Caldwell (The Rule of Four, 2004) makes intriguing literature from complex theology, weaving in a text lost to history, the Shroud of Turin and Vatican duplicity.
"I can’t remember a time when I didn’t live in the Vatican," says Father Alex Andreou, an Eastern Catholic theology instructor. Alex, as permitted by his Eastern faith, married Mona, but in the throes of postpartum depression, she abandoned him, leaving him to raise Peter. Alex’s brother, Simon, chose Roman rather than Eastern Catholicism. He’s now a Holy See Secretary of State, a priest-diplomat. Like their deceased father, the brothers yearn for an Eastern-Roman reconciliation, an achievement they first think possible because of Ugo Nogara’s scholarly work. Nogara rediscovered the long-forgotten Diatessaron, "a fusion of the four existing gospels into a single document." Now Ugo’s dead, and Simon, who found his body, faces canonical trial for his murder. Ugo believed the Shroud was brought to Byzantine’s Edessa after the Crucifixion, around A.D. 33, then stolen by "Crusaders who brought home the Shroud and Diatessaron." Too late, Alex finds that Ugo’s discoveries will damage Pope John Paul’s tentative steps to heal the Roman-Orthodox schism. Beyond the extraordinarily erudite plot and the details of daily life in Vatican City, Caldwell’s characterizations fascinate: Simon, "who can still shed the world in a heartbeat"; the anti-reconciliationist Cardinal Boia, "like standing in the path of a streamroller"; and even John Paul, paralyzed, nearly mute, eyes "[a] hypnotic Mediterranean color, a pelagic blue. They swim with life." While exploring Ugo’s death and dissecting theological infighting, Caldwell weaves together the Shroud’s passage from Edessa to France to Turin, the Gospels’ historical and theological truths, and Rome’s clumsy effort to assuage the bloody events of "1204...the darkest year in the history between the Catholic and Orthodox Churches." In homage to the Christian message, sin and salvation, forgiveness and redemption, love and sacrifice are chronicled from the personal to the universal.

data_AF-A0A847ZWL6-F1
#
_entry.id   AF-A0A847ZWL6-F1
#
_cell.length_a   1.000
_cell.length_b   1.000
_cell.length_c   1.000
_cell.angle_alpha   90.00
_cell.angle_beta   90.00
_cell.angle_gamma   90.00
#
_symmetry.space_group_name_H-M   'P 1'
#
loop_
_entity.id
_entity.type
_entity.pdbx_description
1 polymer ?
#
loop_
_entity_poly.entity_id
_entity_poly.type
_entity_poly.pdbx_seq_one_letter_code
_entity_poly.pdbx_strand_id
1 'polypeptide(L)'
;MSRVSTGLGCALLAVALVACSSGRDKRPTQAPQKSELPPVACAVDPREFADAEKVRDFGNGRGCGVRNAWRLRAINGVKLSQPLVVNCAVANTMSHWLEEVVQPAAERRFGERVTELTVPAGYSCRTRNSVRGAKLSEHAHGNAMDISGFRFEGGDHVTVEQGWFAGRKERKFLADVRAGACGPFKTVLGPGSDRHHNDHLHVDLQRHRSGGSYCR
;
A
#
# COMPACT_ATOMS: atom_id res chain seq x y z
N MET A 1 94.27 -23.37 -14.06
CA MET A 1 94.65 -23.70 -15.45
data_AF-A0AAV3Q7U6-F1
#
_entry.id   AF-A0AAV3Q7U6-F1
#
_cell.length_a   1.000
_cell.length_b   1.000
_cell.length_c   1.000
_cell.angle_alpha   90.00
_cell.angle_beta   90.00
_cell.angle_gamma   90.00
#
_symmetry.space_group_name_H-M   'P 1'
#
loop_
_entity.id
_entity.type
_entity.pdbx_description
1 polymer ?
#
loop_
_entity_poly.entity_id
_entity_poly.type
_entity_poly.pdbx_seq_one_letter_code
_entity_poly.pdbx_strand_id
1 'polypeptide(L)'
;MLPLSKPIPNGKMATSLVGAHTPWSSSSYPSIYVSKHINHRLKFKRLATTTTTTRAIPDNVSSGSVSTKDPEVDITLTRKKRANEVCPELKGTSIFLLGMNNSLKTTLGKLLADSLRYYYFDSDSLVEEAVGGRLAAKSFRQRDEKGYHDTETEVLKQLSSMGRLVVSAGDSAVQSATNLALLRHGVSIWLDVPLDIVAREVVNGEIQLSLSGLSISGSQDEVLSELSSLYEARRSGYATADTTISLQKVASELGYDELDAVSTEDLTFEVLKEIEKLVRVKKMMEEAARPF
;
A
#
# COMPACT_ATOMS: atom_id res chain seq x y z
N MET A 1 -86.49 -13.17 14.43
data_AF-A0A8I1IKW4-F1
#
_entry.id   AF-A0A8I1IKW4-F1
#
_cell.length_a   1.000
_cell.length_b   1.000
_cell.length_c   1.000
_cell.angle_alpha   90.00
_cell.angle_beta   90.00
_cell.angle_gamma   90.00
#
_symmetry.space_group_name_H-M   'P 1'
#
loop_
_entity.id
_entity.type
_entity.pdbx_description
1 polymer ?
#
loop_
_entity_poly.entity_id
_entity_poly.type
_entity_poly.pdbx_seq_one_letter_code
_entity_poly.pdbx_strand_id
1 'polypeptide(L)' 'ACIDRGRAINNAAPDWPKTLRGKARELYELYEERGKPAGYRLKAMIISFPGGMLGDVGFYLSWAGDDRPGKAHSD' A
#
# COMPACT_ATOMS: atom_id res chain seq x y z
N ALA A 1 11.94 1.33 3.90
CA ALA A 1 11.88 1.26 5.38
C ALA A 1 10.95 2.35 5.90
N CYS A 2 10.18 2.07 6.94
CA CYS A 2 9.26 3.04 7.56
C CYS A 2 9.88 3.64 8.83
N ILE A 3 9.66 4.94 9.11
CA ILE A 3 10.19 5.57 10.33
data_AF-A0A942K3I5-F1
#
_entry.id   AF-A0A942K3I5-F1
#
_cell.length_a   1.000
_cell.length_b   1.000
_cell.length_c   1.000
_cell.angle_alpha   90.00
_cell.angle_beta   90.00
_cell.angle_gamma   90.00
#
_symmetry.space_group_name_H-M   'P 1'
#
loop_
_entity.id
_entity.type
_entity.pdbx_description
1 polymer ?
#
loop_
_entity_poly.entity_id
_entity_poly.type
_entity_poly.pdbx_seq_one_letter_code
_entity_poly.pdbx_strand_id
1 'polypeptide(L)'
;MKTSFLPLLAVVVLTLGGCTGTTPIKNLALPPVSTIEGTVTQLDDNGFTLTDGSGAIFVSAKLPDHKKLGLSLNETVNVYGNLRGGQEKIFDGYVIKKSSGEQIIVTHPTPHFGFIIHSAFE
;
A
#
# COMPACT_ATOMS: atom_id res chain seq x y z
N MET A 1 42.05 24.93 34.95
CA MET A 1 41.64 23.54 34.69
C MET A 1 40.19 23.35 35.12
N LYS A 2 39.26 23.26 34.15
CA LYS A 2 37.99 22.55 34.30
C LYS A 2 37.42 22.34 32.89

A brilliant work.